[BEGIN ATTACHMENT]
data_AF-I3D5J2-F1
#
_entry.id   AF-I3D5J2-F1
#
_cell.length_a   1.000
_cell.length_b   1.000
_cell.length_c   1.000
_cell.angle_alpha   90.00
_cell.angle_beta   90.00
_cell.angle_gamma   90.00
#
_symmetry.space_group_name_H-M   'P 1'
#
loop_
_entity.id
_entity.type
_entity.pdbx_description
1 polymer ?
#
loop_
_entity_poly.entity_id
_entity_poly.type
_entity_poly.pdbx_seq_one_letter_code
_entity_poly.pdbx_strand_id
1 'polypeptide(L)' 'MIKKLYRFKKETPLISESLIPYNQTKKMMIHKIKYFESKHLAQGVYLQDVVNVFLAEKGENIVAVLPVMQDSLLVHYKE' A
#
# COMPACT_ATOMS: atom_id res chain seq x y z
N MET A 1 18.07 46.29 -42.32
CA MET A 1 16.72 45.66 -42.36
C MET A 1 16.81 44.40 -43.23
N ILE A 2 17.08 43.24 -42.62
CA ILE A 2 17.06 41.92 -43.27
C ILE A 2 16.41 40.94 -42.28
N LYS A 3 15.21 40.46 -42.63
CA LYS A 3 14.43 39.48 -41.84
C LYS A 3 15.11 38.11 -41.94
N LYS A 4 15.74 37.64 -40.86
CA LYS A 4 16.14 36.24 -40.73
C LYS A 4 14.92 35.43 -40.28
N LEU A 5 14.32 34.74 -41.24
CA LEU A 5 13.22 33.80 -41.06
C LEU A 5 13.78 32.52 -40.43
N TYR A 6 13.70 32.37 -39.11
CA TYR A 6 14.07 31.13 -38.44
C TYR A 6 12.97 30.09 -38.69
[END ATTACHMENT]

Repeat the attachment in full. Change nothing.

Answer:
data_AF-I3D5J2-F1
#
_entry.id   AF-I3D5J2-F1
#
_cell.length_a   1.000
_cell.length_b   1.000
_cell.length_c   1.000
_cell.angle_alpha   90.00
_cell.angle_beta   90.00
_cell.angle_gamma   90.00
#
_symmetry.space_group_name_H-M   'P 1'
#
loop_
_entity.id
_entity.type
_entity.pdbx_description
1 polymer ?
#
loop_
_entity_poly.entity_id
_entity_poly.type
_entity_poly.pdbx_seq_one_letter_code
_entity_poly.pdbx_strand_id
1 'polypeptide(L)' 'MIKKLYRFKKETPLISESLIPYNQTKKMMIHKIKYFESKHLAQGVYLQDVVNVFLAEKGENIVAVLPVMQDSLLVHYKE' A
#
# COMPACT_ATOMS: atom_id res chain seq x y z
N MET A 1 18.07 46.29 -42.32
CA MET A 1 16.72 45.66 -42.36
C MET A 1 16.81 44.40 -43.23
N ILE A 2 17.08 43.24 -42.62
CA ILE A 2 17.06 41.92 -43.27
C ILE A 2 16.41 40.94 -42.28
N LYS A 3 15.21 40.46 -42.63
CA LYS A 3 14.43 39.48 -41.84
C LYS A 3 15.11 38.11 -41.94
N LYS A 4 15.74 37.64 -40.86
CA LYS A 4 16.14 36.24 -40.73
C LYS A 4 14.92 35.43 -40.28
N LEU A 5 14.32 34.74 -41.24
CA LEU A 5 13.22 33.80 -41.06
C LEU A 5 13.78 32.52 -40.43
N TYR A 6 13.70 32.37 -39.11
CA TYR A 6 14.07 31.13 -38.44
C TYR A 6 12.97 30.09 -38.69